‘Bone ornaments’ excavated at Narmetta

The history of jewellery and decoration has been pushed back by about 4,000 years in Telangana with the recent excavation of 50 pieces of bone ornaments at the hamlet of Narmetta, an agricultural village on the outskirts of Hyderabad. Shaped like a rhombus with round markings in the middle and circular indentation, the pieces led archaeologists to surmise that they might have been used as jewellery.

Now, samples of the bone ornaments are being analysed at the Centre for Cellular and Molecular Biology in Hyderabad.

According to K.P. Rao, a historian and professor at the University of Hyderabad, who led the Gachibowli megalithic excavation that documented the earliest megalithic site to 2,200 BC, “Bone ornaments have not been found to date in India. We had perforated teeth, but I am hearing this for the first time,” he said.

Along with the small bone ornaments, the officials of the Department of Archaeology and Museum also unearthed one of the biggest capstones in the region. Weighing about 42 tonnes, officials had to requisition a crane to manoeuvre the stone aside and have a look at what lay underneath.

“The season was fantastic for us in terms of findings that have given us a better understanding about megalithic history in this region. Once the bone samples are analysed, we will know which animal they were made of,” said N. R. Visalatchy of DAM.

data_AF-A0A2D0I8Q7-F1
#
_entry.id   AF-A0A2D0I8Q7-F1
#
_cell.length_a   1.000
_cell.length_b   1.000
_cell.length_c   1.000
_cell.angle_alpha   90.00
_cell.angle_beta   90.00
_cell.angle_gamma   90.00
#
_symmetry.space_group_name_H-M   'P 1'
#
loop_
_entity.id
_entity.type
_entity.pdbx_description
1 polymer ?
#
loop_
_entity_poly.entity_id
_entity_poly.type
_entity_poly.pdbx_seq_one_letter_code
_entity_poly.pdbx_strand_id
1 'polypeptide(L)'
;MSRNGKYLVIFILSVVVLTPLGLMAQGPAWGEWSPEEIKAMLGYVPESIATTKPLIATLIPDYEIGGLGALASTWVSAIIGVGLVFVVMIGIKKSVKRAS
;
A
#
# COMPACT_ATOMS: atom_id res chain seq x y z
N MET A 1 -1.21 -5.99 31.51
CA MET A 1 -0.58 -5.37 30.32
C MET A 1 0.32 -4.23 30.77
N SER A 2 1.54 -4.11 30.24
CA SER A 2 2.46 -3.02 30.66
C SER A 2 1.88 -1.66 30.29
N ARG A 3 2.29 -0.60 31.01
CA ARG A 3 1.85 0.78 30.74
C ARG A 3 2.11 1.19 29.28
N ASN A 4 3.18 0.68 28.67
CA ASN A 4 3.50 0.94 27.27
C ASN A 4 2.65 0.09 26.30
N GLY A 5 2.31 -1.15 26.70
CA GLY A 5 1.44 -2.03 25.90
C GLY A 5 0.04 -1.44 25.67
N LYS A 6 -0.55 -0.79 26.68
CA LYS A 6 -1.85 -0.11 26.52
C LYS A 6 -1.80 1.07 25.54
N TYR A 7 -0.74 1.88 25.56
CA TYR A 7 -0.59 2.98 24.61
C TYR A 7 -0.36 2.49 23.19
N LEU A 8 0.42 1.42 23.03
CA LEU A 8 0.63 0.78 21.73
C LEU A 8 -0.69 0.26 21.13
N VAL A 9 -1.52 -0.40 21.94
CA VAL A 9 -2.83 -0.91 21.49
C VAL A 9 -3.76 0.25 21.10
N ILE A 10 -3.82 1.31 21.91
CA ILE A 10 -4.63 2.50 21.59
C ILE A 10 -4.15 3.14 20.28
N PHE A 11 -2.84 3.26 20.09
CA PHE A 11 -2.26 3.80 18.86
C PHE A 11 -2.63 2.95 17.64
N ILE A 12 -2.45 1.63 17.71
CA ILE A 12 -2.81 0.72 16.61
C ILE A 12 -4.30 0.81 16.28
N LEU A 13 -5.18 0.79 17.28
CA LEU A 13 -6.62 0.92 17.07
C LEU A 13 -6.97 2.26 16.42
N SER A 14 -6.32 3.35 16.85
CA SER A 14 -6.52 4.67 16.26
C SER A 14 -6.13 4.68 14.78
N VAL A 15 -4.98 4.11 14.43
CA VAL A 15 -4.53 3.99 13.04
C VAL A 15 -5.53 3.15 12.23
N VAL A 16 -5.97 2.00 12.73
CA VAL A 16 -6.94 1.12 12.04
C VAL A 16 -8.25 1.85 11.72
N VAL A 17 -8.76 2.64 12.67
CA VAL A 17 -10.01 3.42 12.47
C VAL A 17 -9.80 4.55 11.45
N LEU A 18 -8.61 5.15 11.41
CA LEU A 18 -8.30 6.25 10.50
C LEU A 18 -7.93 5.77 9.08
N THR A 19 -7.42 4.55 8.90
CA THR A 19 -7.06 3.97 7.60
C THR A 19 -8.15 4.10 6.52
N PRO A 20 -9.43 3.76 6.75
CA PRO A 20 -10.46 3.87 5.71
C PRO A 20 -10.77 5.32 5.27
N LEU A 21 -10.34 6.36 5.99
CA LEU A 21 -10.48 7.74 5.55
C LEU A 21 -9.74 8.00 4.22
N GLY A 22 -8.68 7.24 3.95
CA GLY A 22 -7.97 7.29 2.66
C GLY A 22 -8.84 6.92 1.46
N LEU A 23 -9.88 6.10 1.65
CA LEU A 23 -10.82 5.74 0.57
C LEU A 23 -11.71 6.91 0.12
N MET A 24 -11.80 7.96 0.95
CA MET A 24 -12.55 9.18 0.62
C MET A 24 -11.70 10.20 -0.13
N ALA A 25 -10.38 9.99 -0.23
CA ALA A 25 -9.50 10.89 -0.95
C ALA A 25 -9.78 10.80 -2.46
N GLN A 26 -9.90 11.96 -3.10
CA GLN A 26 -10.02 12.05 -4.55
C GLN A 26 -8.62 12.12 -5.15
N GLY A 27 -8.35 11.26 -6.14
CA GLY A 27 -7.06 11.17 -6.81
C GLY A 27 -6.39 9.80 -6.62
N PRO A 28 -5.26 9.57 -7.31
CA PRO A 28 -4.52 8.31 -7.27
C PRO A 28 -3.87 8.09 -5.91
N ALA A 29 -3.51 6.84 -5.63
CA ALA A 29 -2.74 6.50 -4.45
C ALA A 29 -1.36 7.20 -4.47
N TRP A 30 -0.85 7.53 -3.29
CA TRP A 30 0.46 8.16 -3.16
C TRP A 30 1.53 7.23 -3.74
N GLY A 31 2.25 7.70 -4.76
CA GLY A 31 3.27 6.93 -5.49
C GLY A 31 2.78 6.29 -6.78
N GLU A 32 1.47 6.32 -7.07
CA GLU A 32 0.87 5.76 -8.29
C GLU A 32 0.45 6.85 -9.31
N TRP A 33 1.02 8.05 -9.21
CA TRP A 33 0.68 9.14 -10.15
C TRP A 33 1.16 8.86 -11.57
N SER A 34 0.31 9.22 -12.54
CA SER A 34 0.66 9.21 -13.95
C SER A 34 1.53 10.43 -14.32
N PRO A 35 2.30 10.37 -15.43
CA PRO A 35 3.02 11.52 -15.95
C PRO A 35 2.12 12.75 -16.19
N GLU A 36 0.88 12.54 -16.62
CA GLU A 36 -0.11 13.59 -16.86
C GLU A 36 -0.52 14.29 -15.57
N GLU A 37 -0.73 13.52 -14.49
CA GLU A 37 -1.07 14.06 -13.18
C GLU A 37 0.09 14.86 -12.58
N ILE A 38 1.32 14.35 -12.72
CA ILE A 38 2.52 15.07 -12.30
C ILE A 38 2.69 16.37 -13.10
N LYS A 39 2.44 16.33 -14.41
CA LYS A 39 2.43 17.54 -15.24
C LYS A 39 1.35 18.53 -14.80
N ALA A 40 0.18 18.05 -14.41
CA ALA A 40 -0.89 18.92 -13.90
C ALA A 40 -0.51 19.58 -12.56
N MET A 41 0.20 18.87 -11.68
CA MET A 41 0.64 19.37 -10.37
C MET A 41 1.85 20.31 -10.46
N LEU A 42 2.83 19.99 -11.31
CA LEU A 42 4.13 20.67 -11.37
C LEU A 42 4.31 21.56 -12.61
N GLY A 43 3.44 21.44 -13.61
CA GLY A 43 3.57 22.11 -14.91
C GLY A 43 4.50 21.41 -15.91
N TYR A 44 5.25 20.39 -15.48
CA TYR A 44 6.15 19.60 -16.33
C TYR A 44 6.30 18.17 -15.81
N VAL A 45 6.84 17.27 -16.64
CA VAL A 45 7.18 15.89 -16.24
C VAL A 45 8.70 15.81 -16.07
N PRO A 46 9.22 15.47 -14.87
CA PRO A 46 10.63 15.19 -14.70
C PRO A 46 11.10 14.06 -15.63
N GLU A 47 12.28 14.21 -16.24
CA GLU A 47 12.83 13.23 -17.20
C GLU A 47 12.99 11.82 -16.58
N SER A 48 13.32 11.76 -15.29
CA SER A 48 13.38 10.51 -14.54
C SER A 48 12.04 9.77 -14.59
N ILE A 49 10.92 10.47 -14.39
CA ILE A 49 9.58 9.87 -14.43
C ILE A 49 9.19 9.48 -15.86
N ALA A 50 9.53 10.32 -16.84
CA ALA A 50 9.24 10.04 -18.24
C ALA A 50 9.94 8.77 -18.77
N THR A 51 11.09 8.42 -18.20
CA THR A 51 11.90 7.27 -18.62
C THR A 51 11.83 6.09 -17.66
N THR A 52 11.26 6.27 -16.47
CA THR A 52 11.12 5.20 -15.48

A first in Telangana

The 20-acre site in the agriculture village in Siddipet was excavated earlier, but in 2017 the archaeologists began digging at a raised mound where their first discovery was an anthromorphic menhir. “Anthromorphic menhirs have been documented in multiple locations in south India between 1300 BC and 200 BC but this is the first time they have been found in Telangana,” said Ramulu Naik, a DAM official.

The 2.95-metre menhir was still in a vertical position. “The tradition of worship of anthromorphic figurines still continues among some of the tribes in India. So, I am not surprised at the finding,” said Prof. Rao.

The team also found four perfectly preserved fire stands used by people to keep themselves warm. The findings of pottery and other items was made at a depth of three metres.

“The people who lived there had evolved burial norms which we are following even now. The head is on the south side and the feet in the north direction,” said G. Nagaraju, who was part of the team that excavated the site.

“These findings are just a sample. Many of the other rock formations and burial sites have been disturbed and destroyed by the people living nearby so that they can cultivate their land. We have to carry on our excavations quickly as I don’t think any of these sites will be allowed to remain in their present status,” said Mr. Nagaraju.

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Printable version | Jun 8, 2021 11:16:23 AM | https://www.thehindu.com/news/cities/Hyderabad/bone-ornaments-excavated-at-narmetta-vertical-samples-being-analysed/article19436676.ece

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